Innovative technology set to super-power United Utilities’ sludge treatment to boost green energy production

An innovative and sustainable technology is set to boost the amount of sustainable biogas that United Utilities generates from Stockport’s sewage sludge.                                                    

The water company for the North West has partnered with Royal HaskoningDHV to enhance the sludge treatment process at Stockport. The introduction of the new technology is expected to increase biogas production by more than 20%. It also reduces the amount of chemicals used in the process.

The innovative project is a first for the UK and is backed by funding from the Department for Energy Security and Net Zero’s Industrial Energy Efficiency Accelerator programme (IEEA).Wastewater Treatment Works

Sewage sludge is the leftover material from the wastewater treatment process, United Utilities collect this and send it to one of their 13 digestion sites which are located at waste water treatment facilities around the region. It is put into an anaerobic digester to generate renewable biogas which is then used in a combined heat and power unit to produce electricity and heat to power the wastewater treatment facility.

The Stockport Sludge Treatment facility is located at Stockport Wastewater Treatment Works and processes sludge from other wastewater treatment facilities in the area. Just over 600 cubic metres of sludge are processed every day – enough to fill an Olympic sized swimming pool every four days.

The combined heat and power unit at Stockport currently generates more than 9,700 kilowatt-hours of renewable energy every day, the equivalent of the power used by 1,230 homes each year.

Boosting the amount of gas generated by 20% supports United Utilities’ Net Zero commitment and will bring Stockport Wastewater Treatment Works closer to achieving energy neutrality as well as reducing greenhouse gas emissions.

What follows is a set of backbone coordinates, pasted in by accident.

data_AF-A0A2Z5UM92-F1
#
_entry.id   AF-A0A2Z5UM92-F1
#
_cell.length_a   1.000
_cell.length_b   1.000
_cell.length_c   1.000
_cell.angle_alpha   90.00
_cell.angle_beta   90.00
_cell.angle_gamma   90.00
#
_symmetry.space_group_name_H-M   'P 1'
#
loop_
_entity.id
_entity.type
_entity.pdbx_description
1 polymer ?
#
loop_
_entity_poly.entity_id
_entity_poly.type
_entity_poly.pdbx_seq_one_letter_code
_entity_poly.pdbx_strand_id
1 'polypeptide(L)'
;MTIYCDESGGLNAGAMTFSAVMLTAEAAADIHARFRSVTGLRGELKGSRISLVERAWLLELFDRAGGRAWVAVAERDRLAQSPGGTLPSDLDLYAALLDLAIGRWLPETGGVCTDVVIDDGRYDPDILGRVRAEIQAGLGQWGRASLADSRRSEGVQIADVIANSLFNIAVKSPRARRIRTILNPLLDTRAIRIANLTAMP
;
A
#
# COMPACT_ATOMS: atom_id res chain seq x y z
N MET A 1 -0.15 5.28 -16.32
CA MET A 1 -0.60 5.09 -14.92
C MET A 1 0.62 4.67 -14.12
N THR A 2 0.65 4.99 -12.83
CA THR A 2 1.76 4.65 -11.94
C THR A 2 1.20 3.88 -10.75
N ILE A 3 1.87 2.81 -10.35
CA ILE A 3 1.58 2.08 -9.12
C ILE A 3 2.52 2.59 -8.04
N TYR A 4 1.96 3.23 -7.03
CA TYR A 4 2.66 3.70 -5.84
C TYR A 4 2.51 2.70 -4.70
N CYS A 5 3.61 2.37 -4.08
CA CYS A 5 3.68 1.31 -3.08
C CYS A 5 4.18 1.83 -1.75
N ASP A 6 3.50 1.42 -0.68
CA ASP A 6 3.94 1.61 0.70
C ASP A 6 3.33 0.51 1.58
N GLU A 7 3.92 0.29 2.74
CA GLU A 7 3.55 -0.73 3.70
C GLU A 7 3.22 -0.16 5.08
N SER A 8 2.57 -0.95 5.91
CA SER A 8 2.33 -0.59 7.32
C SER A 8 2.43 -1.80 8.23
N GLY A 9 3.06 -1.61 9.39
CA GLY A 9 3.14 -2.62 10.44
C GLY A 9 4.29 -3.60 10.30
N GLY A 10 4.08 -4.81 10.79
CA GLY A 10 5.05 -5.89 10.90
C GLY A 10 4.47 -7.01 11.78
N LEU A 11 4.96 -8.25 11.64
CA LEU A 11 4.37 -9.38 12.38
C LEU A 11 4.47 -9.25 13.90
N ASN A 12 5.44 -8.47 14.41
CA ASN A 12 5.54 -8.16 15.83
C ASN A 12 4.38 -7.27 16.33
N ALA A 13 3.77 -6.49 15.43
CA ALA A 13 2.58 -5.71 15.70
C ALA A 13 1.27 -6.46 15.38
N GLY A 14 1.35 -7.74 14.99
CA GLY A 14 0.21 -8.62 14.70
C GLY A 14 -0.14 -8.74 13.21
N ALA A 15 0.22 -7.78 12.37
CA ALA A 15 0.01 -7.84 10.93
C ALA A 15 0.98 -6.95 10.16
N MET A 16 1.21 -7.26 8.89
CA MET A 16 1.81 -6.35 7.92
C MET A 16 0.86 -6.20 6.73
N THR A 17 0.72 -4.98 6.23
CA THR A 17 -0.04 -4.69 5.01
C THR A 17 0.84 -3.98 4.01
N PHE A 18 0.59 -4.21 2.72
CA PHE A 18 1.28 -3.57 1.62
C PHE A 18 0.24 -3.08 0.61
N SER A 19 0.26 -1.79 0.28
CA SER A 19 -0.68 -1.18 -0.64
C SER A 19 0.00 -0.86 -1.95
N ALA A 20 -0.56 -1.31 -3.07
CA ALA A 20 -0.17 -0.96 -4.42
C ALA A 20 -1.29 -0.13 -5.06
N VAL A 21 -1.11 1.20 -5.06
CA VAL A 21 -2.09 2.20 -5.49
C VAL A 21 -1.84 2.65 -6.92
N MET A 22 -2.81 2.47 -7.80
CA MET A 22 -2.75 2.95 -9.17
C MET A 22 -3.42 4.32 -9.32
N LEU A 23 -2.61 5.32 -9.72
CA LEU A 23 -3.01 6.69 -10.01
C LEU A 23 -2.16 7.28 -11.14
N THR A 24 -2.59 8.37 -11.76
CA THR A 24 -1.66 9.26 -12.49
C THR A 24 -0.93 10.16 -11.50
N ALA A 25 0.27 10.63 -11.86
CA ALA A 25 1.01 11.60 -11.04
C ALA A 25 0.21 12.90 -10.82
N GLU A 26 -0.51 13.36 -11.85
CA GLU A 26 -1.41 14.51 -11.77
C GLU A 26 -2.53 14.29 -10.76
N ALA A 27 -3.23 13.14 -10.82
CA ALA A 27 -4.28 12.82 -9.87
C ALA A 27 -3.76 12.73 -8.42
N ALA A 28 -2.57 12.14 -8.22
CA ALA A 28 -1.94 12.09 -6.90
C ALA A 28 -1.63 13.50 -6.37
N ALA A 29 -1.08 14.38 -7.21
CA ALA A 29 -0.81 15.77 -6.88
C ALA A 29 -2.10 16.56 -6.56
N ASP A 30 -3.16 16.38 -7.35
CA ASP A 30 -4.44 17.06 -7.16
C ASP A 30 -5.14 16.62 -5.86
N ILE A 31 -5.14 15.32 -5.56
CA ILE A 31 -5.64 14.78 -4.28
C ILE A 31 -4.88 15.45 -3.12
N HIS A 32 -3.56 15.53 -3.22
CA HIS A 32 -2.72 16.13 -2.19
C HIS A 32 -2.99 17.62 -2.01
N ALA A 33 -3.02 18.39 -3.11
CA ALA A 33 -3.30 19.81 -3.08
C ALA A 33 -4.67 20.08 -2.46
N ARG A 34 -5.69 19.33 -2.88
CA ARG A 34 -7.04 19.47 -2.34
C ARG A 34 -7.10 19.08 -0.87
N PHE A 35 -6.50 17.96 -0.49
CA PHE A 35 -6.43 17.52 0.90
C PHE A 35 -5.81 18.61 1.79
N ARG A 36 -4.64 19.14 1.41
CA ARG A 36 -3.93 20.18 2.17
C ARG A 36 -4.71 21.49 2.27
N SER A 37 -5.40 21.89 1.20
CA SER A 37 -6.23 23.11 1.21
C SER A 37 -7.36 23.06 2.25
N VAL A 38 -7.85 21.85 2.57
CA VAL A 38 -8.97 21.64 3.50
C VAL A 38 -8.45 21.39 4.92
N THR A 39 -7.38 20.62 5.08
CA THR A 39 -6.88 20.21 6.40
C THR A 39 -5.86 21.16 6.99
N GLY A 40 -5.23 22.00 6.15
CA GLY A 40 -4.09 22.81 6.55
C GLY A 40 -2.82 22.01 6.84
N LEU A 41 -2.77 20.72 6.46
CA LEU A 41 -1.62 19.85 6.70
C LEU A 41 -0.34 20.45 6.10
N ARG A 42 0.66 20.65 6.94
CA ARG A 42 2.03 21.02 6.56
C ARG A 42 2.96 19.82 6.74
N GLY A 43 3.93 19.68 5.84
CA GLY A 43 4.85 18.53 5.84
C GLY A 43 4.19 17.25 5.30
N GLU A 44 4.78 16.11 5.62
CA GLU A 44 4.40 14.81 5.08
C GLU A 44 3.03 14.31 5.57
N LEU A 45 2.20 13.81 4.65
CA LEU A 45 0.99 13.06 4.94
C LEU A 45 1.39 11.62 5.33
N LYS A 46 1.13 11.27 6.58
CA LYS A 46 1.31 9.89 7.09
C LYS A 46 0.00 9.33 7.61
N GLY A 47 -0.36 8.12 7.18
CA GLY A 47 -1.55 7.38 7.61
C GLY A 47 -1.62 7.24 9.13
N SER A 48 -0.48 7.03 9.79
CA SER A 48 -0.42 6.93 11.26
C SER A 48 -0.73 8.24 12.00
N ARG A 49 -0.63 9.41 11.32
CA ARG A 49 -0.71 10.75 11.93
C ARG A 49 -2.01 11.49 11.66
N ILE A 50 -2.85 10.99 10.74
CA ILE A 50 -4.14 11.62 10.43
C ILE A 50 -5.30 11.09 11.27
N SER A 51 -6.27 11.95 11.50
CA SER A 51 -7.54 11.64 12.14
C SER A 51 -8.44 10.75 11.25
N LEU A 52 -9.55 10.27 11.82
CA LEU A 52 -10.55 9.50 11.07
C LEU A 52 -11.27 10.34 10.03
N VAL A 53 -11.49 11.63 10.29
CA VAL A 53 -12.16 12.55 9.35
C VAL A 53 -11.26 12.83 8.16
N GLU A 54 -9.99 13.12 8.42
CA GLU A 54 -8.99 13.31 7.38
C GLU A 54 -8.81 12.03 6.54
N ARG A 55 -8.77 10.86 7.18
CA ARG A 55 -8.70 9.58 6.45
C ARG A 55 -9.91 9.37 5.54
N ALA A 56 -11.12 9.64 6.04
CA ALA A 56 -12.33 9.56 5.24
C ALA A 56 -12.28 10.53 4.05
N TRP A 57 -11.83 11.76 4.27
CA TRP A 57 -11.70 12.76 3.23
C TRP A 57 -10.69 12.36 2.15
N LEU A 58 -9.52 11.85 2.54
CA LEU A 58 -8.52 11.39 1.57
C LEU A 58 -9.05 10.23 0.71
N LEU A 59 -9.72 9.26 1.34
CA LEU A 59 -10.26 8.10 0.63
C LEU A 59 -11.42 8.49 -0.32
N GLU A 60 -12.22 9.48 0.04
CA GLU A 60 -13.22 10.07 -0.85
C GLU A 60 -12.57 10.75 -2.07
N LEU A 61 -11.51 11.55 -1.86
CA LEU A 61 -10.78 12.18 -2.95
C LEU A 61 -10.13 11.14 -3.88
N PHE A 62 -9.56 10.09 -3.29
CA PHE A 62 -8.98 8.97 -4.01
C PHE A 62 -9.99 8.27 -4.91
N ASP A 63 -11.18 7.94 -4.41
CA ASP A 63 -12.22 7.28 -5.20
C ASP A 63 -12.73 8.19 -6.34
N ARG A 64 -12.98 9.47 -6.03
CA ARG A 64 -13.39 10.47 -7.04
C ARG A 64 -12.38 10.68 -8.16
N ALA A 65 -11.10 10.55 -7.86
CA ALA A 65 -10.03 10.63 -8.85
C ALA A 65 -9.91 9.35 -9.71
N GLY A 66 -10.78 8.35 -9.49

Tom Lissett , Bioresource and Green Energy Director at United Utilities explains: “Here at Stockport we don’t just provide great wastewater services for more than 400,000 members of the community – we aim to do that in a way that helps make the North West greener, healthier and stronger.

“Innovation is critical to make our services as sustainable and cost-effective as possible. We’re really pleased to be a partner in this project, recognising the benefits of retrofitting and optimising the performance of existing assets, rather than investing in new build.

“This is one of a range of exciting projects which will maximise the potential of our bioresources, reduce carbon emissions and support the decarbonisation of energy production in the UK.

“The results of this trial won’t just benefit United Utilities, the findings will be shared with other water companies in the UK.”

Paul Lavender, Director Water Utilities UK, Royal HaskoningDHV added: “We are delighted to have successfully secured funding from the UK government for our sludge digestion project for United Utilities. This is a positive step for energy efficiency and sustainable wastewater treatment.”

Paul McKinney, Associate Director at the Carbon Trust and programme manager for the IEEA said: “The IEEA is supporting decarbonisation across a wide range of sectors, and we are excited to be supporting this innovation which will hopefully lead to a significant reduction in carbon emissions associated with sludge processing.”

The technology is due to be operational at Stockport by autumn 2024.